All About Space

This month’s planets

Jupiter and Saturn are a dazzling duo from September through to October


Planet of the month

Jupiter will be visible all through the night, a lovely sight to the naked eye, through binoculars or in the eyepiece of a telescope. Finding it will be easy: as the western sky begins to darken, turn your back on the deepening twilight so you are facing the southeast and you’ll see a blue-white ‘star’ glinting above the horizon. That’s Jupiter, and as the sky darkens the planet will become brighter and more obvious until it’s impossible to miss. Jupiter will be very obvious, looking like a bright ‘star’ to the left of fainter, more yellowhued Saturn. At the start of our observing period it will set at around 04:30, and by mid-October will be setting at 02:00, but that will still give you plenty of time to enjoy observing it.

Through a modest pair of binoculars Jupiter will appear much brighter than it does to the naked eye, and you’ll also see up to four of its extended family of more than 79 moons. We say ‘up to’ because the number you will see will depend on the date and time of night you’re looking for them: as the moons whip around Jupiter they come in and out of view, moving in front of or behind their host planet, so sometimes you will be able to see all four of the so-called ‘Galilean satellites’ close to the planet, but at other times you might only see one or two. You can use the internet or phone apps to tell you in advance which moons you will be able to see on the night you’re looking for them.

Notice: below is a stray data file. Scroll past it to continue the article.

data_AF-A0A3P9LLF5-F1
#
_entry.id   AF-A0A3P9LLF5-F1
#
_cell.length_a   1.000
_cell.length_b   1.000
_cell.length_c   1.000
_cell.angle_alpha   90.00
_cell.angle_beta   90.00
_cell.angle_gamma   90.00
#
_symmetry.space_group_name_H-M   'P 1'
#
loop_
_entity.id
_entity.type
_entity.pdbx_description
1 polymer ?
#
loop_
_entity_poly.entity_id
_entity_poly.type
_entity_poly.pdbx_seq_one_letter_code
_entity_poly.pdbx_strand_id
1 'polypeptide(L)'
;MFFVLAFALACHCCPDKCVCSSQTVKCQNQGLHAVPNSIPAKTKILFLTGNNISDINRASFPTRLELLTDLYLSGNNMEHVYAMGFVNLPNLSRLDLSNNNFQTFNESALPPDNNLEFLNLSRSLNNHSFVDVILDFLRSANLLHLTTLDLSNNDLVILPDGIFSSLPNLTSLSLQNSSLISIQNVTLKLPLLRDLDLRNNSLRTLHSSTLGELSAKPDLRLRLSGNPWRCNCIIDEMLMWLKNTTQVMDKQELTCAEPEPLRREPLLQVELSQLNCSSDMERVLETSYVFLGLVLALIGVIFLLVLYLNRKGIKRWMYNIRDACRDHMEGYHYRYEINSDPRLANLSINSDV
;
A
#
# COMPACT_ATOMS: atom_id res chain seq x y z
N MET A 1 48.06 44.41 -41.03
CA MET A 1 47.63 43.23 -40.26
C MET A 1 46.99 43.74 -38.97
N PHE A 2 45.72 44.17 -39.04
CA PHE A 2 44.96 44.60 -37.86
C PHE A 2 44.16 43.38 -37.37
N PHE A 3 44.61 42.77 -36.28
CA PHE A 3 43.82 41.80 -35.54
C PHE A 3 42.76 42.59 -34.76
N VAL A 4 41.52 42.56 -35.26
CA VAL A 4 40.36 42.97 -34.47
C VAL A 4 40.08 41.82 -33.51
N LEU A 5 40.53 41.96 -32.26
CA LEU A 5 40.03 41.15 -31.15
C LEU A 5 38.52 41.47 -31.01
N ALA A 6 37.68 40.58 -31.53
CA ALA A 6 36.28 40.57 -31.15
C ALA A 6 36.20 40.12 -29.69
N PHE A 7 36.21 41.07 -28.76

If you have a telescope, its higher power of magnificat­ion will show you details and features in the planet’s atmosphere. You’ll be able to see caramel and toffee-coloured cloud bands crossing the disc, and if you’re looking at the right time you’ll see the Great Red Spot too – a storm the size of Earth that has been raging in Jupiter’s atmosphere for centuries.

However, if you want to see Jupiter in all of its banded, storm-spattered glory, you’ll need to go online, to the website of NASA’s Juno probe. It has sent back many thousands of stunningly detailed photograph­s of the planet’s swirling storms, wild weather systems and billowing clouds, which you can see online for free.

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